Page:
Richie Porte stepped out of Team Sky’s bus this morning with a wide grin on his face. If he was still angry from yesterday’s time losses, and what that did to his overal chances, he did a good job of hiding it from the awaiting press.
Losing 47 seconds after an untimely puncture and then being docked two minutes for accepting technical assistance from another team has all but ended Porte’s chances of winning this Giro, but you wouldn’t know it from his mood this morning in Forli.
“I’m in good condition, but we just have to see what happens after the time trial, and in the mountains,” Porte said in cramped quarters around the bus.
“It’s a three-week race, we have 10 days to go, I feel good. The team’s so fired up now by all of this, to be honest. The whole peloton, the support they’ve given me, the other teams, I think the cycling family is alive and well.”
Following a puncture at around 7km to go, Porte took a front wheel from fellow countryman Simon Clarke (Orica-GreenEdge) before being paced to the finish line by his Sky team mates.
One of the race jury members saw the incident and soon after the race pictures emerged of Porte getting assistance from a member of another team. Porte himself put a picture on Twitter.
Twitter reacts to Team Sky leader being given two minute time penalty after swapping wheels with Orica-GreenEdge rider Simon Clarke
After a raft of Tweets promoting the sportsmanship and camaraderie that exist in the peloton – including from the Giro’s official Twitter feed – The four-person panel promptly penalized Porte and his saviour Simon Clarke under rule 12.1.040 / 8.2. “Non regulation assistance to a rider of another team.” Because it was the first offence, both riders were fined two minutes.
“I didn’t know. I don’t think anyone really knew about the rule,” Porte said.
“Simon’s a good mate of mine, he was there, so that’s what happened. I took the wheel, and I’ve paid the price.”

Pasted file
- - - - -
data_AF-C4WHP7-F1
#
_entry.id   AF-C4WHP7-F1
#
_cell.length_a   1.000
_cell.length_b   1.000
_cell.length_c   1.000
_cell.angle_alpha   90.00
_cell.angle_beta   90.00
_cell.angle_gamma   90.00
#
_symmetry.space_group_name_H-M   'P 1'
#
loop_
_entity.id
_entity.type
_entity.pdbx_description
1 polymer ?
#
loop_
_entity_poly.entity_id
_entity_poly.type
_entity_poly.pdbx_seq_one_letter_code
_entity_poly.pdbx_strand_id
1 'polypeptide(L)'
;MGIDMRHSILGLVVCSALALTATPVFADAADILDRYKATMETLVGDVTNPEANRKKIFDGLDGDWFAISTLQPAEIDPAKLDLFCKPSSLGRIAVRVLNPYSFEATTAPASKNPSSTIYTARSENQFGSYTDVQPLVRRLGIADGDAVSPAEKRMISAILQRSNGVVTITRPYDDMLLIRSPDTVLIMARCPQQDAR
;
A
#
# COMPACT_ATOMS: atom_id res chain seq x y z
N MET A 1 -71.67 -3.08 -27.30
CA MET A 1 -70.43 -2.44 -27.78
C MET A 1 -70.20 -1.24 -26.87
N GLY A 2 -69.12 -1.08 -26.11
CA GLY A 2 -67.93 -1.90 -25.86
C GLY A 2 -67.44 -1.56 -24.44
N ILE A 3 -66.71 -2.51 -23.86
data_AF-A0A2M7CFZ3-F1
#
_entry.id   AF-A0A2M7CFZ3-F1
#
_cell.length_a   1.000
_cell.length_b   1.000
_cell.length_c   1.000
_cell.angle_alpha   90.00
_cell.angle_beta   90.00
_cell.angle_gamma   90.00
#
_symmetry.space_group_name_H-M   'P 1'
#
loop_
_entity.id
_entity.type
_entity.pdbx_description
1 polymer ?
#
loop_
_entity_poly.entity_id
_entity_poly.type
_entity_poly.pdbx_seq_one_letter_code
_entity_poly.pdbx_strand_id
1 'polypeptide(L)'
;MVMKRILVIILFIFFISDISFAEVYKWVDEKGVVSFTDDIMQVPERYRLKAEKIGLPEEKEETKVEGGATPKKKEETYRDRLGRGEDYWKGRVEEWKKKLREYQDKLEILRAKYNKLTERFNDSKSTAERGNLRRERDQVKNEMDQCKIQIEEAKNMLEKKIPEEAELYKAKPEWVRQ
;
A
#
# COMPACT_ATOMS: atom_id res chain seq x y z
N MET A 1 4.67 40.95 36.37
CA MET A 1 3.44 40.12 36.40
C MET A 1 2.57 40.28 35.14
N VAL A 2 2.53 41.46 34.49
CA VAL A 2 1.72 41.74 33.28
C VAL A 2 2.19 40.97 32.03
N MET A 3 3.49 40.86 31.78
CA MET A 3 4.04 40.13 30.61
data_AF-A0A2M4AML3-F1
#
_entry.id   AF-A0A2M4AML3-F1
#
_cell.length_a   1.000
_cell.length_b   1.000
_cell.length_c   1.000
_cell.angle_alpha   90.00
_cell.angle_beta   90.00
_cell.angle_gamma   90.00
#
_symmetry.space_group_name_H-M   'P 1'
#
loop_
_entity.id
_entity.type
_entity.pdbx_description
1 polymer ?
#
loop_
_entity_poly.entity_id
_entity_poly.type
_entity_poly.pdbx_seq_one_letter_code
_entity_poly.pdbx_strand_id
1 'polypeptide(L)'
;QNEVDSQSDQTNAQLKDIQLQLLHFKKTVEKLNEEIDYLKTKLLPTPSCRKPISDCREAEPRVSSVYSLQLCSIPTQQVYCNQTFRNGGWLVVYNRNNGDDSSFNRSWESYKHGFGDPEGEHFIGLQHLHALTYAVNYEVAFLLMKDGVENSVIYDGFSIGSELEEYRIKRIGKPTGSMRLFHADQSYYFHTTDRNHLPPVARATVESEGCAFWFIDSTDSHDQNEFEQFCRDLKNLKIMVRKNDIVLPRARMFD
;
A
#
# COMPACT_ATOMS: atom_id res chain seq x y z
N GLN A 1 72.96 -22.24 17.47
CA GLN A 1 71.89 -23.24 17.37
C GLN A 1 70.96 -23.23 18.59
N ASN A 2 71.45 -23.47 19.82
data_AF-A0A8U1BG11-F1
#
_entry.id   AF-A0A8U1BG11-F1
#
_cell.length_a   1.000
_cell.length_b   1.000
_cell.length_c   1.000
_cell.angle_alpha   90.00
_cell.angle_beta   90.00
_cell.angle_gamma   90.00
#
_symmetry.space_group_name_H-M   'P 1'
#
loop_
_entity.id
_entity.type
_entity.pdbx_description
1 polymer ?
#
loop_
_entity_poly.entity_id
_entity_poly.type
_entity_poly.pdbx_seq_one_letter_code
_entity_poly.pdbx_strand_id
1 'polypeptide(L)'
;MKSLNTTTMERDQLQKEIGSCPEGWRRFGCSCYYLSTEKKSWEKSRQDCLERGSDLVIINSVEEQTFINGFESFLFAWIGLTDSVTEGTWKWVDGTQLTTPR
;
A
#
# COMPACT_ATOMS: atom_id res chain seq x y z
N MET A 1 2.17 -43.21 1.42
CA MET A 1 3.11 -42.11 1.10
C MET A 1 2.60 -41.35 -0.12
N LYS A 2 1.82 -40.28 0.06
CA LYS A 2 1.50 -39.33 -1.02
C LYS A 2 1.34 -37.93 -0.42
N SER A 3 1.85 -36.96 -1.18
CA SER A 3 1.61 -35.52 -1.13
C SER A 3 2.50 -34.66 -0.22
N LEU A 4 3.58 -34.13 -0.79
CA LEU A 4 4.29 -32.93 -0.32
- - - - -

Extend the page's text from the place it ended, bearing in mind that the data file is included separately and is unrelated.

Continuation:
“There’s nothing we can do now to change the situation. I commend my good mates, Simon Clarke and Michael Matthews for helping out, that was a great picture of cycling, but the jury see it differently,” Porte said.
“It wasn’t an ideal time to get a puncture. I was lucky not to crash, to be honest. It was a fast roundabout, I had to stop on the left, which you are not meant to do, but when you don’t have control of your bike there’s not much you can do. The sun still came up today, so [we’ll] keep fighting.”
Of the three overall challengers Porte is expected to be the best placed in this Saturday’s 59.2km time trial. He will now have to make up even more time than he had originally expected.
Fabio Aru (Astana) is the weakest against the clock of the three leaders. The Italian lost almost two minutes to Porte in just 9.6km at Paris-Nice this March, and that was a mountain time trial that should favour Aru. Astana’s leader has never performed well against the clock on a flat parcours.
Current leader Alberto Contador is likely to lose less time to Porte. The Spaniard no longer posses the prowess against the clock he showed before his two-year ban, and is carrying a shoulder injury, but the last time Contador and Porte raced head to head in a time trial it was the Spaniard who came out on top. At the 2014 Criterium du Dauphine, Contador beat Porte by 11 seconds over 10.4km.
Porte’s advantage now is that he has nothing to lose. “I’m sort of an underdog now, coming from behind, it feels a little bit easier in some ways, but it hurts to be docked time like that.”